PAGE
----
19th-century President Quotes
As to your kind wishes for myself, allow me to say I can not enter the ring on the money basis--first, because, in the main, it iswrong; and secondly, I have not, and can not get, the money. I say, in the main, the use of money is wrong; but for certain objects, in a political contest, the use of some, is both right, and indispensable.
Religion is an important institution. A nation without religion cannot survive. Yet it is also very important to note that religion is a link between Allah and the individual believer. The brokerage of the pious cannot be permitted. Those who use religion for their own benefit are detestable. We are against such a situation and will not allow it. Those who use religion in such a manner have fooled our people; it is against just such people that we have fought and will continue to fight. Know that whatever conforms to reason, logic, and the advantages and needs of our people conforms equally to Islam. If our religion did not conform to reason and logic, it would not be the perfect religion, the final religion.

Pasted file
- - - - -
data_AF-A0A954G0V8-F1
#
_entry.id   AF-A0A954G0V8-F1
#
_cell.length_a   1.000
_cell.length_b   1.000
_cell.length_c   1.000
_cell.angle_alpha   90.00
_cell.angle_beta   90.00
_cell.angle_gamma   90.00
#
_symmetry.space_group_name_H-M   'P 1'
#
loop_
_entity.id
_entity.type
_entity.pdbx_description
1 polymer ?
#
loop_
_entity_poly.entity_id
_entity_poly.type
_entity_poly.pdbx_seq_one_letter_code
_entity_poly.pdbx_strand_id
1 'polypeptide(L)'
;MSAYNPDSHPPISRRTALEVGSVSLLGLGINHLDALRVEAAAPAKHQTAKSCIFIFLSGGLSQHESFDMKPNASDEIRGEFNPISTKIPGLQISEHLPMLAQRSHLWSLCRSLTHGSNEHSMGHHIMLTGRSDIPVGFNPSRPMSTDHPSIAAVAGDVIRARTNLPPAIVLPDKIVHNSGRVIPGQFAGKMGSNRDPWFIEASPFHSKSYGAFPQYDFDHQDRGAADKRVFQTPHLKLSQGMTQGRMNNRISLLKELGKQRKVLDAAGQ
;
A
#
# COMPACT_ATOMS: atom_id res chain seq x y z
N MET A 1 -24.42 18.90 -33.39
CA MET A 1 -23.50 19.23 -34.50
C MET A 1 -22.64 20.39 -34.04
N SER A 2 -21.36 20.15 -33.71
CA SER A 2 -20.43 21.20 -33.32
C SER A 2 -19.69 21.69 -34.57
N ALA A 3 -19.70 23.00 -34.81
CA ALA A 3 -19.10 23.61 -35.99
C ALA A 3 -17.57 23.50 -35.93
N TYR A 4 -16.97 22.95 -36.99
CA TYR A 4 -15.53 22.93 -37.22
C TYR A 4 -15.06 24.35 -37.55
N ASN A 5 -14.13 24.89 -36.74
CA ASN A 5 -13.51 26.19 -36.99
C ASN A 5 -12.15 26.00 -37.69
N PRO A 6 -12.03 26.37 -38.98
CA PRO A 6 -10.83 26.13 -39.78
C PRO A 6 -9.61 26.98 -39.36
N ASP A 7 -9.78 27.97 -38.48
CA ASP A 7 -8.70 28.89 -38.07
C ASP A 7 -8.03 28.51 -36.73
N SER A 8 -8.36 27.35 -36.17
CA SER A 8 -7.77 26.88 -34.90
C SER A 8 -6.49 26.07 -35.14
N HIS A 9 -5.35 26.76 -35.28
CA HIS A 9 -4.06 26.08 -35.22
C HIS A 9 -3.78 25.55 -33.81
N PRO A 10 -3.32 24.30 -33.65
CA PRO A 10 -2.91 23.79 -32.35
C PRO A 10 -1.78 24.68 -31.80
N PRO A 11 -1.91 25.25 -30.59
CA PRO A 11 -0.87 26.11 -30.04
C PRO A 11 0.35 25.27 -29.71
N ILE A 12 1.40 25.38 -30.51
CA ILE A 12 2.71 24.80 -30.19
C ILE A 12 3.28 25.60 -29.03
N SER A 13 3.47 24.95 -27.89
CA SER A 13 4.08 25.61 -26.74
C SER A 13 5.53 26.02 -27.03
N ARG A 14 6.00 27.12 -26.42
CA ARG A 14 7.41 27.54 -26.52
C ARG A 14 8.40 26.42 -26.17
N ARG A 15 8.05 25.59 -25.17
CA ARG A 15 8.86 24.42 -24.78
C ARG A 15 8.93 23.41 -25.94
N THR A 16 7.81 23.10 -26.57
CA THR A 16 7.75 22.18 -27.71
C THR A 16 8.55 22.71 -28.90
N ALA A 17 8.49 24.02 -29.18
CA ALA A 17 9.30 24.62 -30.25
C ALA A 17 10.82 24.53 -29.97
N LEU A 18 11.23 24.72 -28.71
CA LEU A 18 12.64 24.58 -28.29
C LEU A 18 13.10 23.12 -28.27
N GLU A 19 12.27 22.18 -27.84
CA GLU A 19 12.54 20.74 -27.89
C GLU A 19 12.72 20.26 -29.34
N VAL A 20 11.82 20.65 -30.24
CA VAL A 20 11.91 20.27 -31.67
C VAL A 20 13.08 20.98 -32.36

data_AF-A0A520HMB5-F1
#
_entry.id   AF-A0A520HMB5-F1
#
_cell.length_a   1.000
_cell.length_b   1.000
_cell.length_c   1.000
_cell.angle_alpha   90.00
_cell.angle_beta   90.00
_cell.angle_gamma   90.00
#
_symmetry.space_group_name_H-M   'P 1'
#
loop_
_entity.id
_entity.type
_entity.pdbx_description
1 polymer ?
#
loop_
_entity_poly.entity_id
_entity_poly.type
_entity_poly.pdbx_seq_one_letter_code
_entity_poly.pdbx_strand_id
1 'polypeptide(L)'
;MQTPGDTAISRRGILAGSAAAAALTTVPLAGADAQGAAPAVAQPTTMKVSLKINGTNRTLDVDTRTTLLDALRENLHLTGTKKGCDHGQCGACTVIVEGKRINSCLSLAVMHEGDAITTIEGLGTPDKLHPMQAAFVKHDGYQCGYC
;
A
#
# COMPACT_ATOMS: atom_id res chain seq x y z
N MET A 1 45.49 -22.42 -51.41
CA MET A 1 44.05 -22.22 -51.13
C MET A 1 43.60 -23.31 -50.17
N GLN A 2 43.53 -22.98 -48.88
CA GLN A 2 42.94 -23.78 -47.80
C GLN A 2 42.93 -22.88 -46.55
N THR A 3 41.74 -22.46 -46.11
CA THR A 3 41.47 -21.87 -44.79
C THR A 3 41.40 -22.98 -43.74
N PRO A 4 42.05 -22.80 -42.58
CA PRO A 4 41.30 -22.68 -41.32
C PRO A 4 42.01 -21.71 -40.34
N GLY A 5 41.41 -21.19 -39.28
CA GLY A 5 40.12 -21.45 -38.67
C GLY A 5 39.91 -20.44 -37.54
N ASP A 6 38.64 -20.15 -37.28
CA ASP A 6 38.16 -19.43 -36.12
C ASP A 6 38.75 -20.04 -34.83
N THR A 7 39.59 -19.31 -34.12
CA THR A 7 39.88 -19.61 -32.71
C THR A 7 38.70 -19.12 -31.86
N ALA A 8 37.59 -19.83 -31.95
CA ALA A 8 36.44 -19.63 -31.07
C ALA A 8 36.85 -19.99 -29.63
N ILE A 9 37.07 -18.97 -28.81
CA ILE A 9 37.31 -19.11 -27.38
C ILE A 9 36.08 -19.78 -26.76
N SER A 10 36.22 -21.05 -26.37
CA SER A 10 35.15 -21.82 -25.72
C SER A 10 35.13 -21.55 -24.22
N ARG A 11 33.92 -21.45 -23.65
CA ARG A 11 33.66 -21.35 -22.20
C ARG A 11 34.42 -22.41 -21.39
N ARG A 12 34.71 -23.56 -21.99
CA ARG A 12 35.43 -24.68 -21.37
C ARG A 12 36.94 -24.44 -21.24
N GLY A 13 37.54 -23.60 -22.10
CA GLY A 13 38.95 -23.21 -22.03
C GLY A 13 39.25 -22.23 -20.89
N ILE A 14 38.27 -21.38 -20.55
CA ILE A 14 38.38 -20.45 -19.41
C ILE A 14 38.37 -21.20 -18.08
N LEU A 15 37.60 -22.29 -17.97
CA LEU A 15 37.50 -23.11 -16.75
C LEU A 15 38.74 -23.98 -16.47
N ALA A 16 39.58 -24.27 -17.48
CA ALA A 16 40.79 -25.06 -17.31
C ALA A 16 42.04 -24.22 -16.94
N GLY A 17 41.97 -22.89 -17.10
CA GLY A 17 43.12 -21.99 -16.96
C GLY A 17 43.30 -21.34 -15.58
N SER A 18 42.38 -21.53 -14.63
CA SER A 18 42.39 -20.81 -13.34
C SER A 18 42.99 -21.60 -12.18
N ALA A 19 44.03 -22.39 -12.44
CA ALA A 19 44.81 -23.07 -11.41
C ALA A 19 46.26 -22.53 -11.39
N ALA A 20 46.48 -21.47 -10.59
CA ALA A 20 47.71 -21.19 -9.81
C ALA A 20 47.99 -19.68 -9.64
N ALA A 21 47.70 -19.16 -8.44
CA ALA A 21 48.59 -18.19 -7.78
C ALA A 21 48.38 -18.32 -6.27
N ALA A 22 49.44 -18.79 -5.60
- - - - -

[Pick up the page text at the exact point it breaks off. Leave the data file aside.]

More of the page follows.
At times like the present, when the evils of unsound finance threaten us, the speculator may anticipate a harvest gathered from the misfortune of others, the capitalist may protect himself by hoarding or may even find profit in the fluctuations of values; but the wage earner - the first to be injured by a depreciated currency and the last to receive the benefit of its correction - is practically defenseless.
I am asked if I would not be gratified if my friends would procure me promotion to a brigadier-generalship. My feeling is that I would rather be one of the good colonels than one of the poor generals. The colonel of a regiment has one of the most agreeable positions in the service, and one of the most useful. "A good colonel makes a good regiment," is an axiom.
There must be a solidifying of our populations into one compact whole. The various indigenous tribes must be brought into the body politic, taught the duties and responsibilities of civilized government. Into them must be infused or inculcated an appreciative knowledge and understanding of hopes and aspirations of the Fathers who established this nation. There should be no words known in our National Vocabulary of Speech or even of thought as "Americo-Liberian"; "the country-man"; "the new-comer"; "the Sierra Leone man"; or such like terms of designating the various elements of our population.